Interestingly, only the more powerful version of the two M2 Pro chip variants is available in the 16-inch MacBook Pro; a slightly toned-down version with fewer CPU and GPU cores can be found in the cheapest configurations of the new MacBook Pro 14-inch.

You can choose from two different versions of the M2 Max chip, however, one with 30 GPU cores and a more powerful version with 38. Every model has the same 12 CPU cores and 16-core Neural Engine built in.

In terms of memory, configurations are tied to the chosen processor, with 16GB or 32GB available for the M2 Pro and up to 96GB available for M2 Max models. Storage starts at 512GB, and can be configured up to 1TB, 2TB, 4TB, or 8TB. The MacBook Pro 16-inch with the M2 Max chip will come with a minimum of 1TB drive capacity.

The 16-inch display is technically a 16.2-inch screen, but the rounded corners slightly reduce the effective viewing area. Nonetheless, it's the same high-quality Liquid Retina XDR display we've come to love on Apple's laptops. We've got an upgraded battery too, with a potential battery life of up to 22 hours.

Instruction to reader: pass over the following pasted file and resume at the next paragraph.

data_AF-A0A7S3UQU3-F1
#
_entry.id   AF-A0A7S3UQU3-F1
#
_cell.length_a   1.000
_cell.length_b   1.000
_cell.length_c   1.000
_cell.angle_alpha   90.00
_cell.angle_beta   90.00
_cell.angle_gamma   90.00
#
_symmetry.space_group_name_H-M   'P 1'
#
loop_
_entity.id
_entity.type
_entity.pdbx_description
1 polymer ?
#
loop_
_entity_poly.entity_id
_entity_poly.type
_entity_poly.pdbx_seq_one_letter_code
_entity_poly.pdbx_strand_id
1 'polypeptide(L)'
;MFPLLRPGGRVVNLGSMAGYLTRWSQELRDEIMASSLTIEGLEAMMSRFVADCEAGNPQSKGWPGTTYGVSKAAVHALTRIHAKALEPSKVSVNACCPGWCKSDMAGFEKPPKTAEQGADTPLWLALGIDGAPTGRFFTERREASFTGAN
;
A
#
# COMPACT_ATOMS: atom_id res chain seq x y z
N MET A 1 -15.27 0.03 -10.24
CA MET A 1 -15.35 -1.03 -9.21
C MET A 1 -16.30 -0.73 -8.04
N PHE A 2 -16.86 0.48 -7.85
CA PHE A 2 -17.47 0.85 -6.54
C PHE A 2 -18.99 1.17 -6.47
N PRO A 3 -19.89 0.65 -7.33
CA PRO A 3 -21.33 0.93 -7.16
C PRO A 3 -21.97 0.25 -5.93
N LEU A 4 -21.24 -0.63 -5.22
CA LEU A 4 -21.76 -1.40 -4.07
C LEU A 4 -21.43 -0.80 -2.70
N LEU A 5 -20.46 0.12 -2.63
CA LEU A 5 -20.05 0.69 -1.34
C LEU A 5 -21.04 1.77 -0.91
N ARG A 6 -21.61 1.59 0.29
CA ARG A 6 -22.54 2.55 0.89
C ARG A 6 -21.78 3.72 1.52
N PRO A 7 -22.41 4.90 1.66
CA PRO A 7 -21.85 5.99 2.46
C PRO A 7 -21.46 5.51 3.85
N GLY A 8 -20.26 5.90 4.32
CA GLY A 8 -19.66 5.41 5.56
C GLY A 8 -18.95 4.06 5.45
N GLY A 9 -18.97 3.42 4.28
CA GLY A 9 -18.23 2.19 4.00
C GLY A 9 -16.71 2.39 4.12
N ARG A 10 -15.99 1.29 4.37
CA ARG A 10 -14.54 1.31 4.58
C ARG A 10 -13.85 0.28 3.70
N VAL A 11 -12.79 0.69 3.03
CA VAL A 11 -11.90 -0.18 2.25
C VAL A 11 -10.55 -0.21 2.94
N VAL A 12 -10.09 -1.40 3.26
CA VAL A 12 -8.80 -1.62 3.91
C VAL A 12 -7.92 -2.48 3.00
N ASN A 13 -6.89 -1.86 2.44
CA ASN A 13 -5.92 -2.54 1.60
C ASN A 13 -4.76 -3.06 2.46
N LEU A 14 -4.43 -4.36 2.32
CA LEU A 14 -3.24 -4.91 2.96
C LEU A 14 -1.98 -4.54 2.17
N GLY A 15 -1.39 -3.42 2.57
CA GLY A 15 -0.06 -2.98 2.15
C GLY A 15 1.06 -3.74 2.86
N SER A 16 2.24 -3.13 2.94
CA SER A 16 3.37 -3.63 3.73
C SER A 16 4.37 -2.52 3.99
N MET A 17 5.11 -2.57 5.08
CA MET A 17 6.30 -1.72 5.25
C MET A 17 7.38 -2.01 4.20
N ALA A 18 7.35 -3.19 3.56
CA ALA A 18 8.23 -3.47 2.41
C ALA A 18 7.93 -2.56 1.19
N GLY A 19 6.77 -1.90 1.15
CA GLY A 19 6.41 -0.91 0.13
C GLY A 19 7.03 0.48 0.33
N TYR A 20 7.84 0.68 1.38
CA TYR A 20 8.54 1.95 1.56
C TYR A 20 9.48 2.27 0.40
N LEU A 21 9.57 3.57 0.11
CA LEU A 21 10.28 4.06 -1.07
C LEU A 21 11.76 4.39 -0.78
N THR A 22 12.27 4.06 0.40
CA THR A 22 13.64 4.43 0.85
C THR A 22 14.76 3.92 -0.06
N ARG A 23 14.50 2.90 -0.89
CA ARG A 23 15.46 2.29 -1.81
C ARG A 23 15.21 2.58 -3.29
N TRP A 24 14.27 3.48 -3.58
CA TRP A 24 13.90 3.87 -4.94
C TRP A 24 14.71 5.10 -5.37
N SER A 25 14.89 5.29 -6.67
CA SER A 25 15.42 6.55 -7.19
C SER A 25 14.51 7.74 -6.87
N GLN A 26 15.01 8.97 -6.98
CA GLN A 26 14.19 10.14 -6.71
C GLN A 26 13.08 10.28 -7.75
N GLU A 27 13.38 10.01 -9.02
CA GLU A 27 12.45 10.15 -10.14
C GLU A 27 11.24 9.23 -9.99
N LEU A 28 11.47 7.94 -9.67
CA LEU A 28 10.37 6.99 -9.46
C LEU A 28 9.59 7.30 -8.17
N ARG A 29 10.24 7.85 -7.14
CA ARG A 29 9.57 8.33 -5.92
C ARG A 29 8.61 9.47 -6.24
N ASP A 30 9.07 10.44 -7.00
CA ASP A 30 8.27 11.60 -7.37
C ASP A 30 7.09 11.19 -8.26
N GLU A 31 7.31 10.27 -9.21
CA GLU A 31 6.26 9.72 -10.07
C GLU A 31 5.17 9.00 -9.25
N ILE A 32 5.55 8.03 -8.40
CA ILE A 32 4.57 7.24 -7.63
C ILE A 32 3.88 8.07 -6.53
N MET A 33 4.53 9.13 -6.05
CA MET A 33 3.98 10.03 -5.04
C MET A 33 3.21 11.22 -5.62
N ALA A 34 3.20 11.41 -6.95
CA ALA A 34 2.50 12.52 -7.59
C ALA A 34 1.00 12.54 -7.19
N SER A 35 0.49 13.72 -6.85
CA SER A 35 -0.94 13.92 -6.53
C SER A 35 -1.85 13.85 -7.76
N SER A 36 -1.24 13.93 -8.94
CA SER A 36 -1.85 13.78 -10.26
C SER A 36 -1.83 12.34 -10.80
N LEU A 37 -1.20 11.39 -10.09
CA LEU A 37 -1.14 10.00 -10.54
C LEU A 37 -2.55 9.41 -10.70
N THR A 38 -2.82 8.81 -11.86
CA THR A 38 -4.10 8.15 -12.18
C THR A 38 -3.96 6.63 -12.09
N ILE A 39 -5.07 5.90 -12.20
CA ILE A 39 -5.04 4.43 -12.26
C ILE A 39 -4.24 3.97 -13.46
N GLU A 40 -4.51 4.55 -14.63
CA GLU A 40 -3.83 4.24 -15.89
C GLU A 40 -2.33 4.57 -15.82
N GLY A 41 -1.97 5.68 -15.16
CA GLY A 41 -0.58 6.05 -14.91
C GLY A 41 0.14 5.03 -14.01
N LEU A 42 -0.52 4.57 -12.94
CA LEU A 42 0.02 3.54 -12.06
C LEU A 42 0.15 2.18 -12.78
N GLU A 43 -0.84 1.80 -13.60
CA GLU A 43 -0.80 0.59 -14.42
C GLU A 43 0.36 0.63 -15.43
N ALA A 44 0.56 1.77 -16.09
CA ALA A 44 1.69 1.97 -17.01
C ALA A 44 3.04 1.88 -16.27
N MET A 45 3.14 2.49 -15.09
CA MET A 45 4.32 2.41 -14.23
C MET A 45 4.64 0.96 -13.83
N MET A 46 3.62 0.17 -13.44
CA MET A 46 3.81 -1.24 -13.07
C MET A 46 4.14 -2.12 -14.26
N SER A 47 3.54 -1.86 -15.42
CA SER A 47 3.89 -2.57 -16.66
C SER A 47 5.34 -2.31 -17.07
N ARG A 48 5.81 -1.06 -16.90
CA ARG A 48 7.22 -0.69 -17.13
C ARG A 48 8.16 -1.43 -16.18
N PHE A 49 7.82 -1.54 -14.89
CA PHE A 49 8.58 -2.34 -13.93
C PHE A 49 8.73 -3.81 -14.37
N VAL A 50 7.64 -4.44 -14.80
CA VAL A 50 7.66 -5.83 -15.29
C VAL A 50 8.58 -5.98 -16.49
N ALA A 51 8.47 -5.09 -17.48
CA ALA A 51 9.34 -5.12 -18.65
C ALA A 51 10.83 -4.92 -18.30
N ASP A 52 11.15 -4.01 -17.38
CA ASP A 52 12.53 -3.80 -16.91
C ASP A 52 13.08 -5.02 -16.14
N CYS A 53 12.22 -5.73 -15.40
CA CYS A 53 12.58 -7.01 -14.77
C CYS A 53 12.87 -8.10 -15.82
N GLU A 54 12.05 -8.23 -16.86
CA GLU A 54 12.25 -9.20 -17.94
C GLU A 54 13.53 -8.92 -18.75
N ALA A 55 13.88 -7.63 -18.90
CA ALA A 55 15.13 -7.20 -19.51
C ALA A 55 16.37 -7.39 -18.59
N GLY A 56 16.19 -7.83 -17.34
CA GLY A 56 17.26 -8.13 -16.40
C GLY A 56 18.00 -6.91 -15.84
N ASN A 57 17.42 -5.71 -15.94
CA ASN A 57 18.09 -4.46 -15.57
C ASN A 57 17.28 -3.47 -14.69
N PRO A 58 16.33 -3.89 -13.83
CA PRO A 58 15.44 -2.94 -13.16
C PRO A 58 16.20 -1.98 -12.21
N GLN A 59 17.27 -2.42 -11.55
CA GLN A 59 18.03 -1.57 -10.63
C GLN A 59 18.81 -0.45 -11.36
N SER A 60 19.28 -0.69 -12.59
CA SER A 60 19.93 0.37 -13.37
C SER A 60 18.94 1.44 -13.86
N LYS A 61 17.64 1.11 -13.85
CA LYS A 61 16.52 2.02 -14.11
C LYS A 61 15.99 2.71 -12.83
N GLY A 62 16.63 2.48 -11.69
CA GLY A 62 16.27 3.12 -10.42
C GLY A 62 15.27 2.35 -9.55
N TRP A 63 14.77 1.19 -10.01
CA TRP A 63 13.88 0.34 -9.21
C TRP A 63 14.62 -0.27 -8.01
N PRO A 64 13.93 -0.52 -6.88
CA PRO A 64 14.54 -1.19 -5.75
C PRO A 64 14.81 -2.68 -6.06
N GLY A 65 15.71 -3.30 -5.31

For physical connectivity, we're looking at three Thunderbolt 4 ports, an HDMI port supporting 8K video output, an SDXC card slot, a headphone jack, and a MagSafe 3 port for charging the laptop. All in all, it's an impressive showing for Apple's latest MacBook Pro.

Christian Guyton
Editor, Computing

Christian is TechRadar’s UK-based Computing Editor. He came to us from Maximum PC magazine, where he fell in love with computer hardware and building PCs. He was a regular fixture amongst our freelance review team before making the jump to TechRadar, and can usually be found drooling over the latest high-end graphics card or gaming laptop before looking at his bank account balance and crying.

Christian is a keen campaigner for LGBTQ+ rights and the owner of a charming rescue dog named Lucy, having adopted her after he beat cancer in 2021. She keeps him fit and healthy through a combination of face-licking and long walks, and only occasionally barks at him to demand treats when he’s trying to work from home.